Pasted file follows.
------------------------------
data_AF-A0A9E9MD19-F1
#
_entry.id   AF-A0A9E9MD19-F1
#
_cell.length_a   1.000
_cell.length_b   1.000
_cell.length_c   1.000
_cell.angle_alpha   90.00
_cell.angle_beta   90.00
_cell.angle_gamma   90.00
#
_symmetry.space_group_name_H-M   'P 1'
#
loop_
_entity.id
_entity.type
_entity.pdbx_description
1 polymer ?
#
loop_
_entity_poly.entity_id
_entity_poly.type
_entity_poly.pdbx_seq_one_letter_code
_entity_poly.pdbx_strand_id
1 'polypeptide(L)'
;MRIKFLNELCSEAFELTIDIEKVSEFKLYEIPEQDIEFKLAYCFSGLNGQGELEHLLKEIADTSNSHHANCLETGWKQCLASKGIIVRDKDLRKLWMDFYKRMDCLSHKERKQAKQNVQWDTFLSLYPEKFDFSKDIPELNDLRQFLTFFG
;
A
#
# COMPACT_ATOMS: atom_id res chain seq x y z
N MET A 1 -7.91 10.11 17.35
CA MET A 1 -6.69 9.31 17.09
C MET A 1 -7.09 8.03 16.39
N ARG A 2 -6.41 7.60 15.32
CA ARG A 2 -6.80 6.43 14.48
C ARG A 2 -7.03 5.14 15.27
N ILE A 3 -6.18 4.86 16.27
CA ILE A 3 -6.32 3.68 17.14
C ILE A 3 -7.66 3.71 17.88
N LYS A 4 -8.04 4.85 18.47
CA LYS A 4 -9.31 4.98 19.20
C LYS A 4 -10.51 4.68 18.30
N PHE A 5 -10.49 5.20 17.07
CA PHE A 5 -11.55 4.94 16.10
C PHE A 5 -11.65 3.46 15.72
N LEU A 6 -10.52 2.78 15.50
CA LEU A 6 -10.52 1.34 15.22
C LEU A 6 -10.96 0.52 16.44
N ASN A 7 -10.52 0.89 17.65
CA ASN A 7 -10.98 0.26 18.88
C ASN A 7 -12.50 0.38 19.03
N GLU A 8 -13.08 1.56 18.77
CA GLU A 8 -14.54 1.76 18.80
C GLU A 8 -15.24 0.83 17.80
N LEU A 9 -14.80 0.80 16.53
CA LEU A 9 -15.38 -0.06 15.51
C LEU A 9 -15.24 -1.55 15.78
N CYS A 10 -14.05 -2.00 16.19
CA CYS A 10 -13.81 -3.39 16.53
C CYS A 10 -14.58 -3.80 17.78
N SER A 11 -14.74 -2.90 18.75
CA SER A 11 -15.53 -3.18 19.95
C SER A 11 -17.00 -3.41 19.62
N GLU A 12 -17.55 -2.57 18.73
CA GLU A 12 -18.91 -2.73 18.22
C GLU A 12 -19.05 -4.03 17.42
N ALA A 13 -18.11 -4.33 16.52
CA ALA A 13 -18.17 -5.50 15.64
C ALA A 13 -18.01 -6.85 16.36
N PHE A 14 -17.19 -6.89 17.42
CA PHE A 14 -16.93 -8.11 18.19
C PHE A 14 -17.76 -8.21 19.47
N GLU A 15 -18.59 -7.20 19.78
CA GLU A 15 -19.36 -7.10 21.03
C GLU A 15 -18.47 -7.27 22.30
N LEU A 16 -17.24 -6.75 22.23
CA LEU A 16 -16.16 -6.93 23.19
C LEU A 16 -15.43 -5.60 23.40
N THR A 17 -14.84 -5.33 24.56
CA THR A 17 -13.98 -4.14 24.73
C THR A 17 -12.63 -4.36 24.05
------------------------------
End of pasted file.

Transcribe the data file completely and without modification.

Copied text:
data_AF-A0A9E9MD19-F1
#
_entry.id   AF-A0A9E9MD19-F1
#
_cell.length_a   1.000
_cell.length_b   1.000
_cell.length_c   1.000
_cell.angle_alpha   90.00
_cell.angle_beta   90.00
_cell.angle_gamma   90.00
#
_symmetry.space_group_name_H-M   'P 1'
#
loop_
_entity.id
_entity.type
_entity.pdbx_description
1 polymer ?
#
loop_
_entity_poly.entity_id
_entity_poly.type
_entity_poly.pdbx_seq_one_letter_code
_entity_poly.pdbx_strand_id
1 'polypeptide(L)'
;MRIKFLNELCSEAFELTIDIEKVSEFKLYEIPEQDIEFKLAYCFSGLNGQGELEHLLKEIADTSNSHHANCLETGWKQCLASKGIIVRDKDLRKLWMDFYKRMDCLSHKERKQAKQNVQWDTFLSLYPEKFDFSKDIPELNDLRQFLTFFG
;
A
#
# COMPACT_ATOMS: atom_id res chain seq x y z
N MET A 1 -7.91 10.11 17.35
CA MET A 1 -6.69 9.31 17.09
C MET A 1 -7.09 8.03 16.39
N ARG A 2 -6.41 7.60 15.32
CA ARG A 2 -6.80 6.43 14.48
C ARG A 2 -7.03 5.14 15.27
N ILE A 3 -6.18 4.86 16.27
CA ILE A 3 -6.32 3.68 17.14
C ILE A 3 -7.66 3.71 17.88
N LYS A 4 -8.04 4.85 18.47
CA LYS A 4 -9.31 4.98 19.20
C LYS A 4 -10.51 4.68 18.30
N PHE A 5 -10.49 5.20 17.07
CA PHE A 5 -11.55 4.94 16.10
C PHE A 5 -11.65 3.46 15.72
N LEU A 6 -10.52 2.78 15.50
CA LEU A 6 -10.52 1.34 15.22
C LEU A 6 -10.96 0.52 16.44
N ASN A 7 -10.52 0.89 17.65
CA ASN A 7 -10.98 0.26 18.88
C ASN A 7 -12.50 0.38 19.03
N GLU A 8 -13.08 1.56 18.77
CA GLU A 8 -14.54 1.76 18.80
C GLU A 8 -15.24 0.83 17.80
N LEU A 9 -14.80 0.80 16.53
CA LEU A 9 -15.38 -0.06 15.51
C LEU A 9 -15.24 -1.55 15.78
N CYS A 10 -14.05 -2.00 16.19
CA CYS A 10 -13.81 -3.39 16.53
C CYS A 10 -14.58 -3.80 17.78
N SER A 11 -14.74 -2.90 18.75
CA SER A 11 -15.53 -3.18 19.95
C SER A 11 -17.00 -3.41 19.62
N GLU A 12 -17.55 -2.57 18.73
CA GLU A 12 -18.91 -2.73 18.22
C GLU A 12 -19.05 -4.03 17.42
N ALA A 13 -18.11 -4.33 16.52
CA ALA A 13 -18.17 -5.50 15.64
C ALA A 13 -18.01 -6.85 16.36
N PHE A 14 -17.19 -6.89 17.42
CA PHE A 14 -16.93 -8.11 18.19
C PHE A 14 -17.76 -8.21 19.47
N GLU A 15 -18.59 -7.20 19.78
CA GLU A 15 -19.36 -7.10 21.03
C GLU A 15 -18.47 -7.27 22.30
N LEU A 16 -17.24 -6.75 22.23
CA LEU A 16 -16.16 -6.93 23.19
C LEU A 16 -15.43 -5.60 23.40
N THR A 17 -14.84 -5.33 24.56
CA THR A 17 -13.98 -4.14 24.73
C THR A 17 -12.63 -4.36 24.05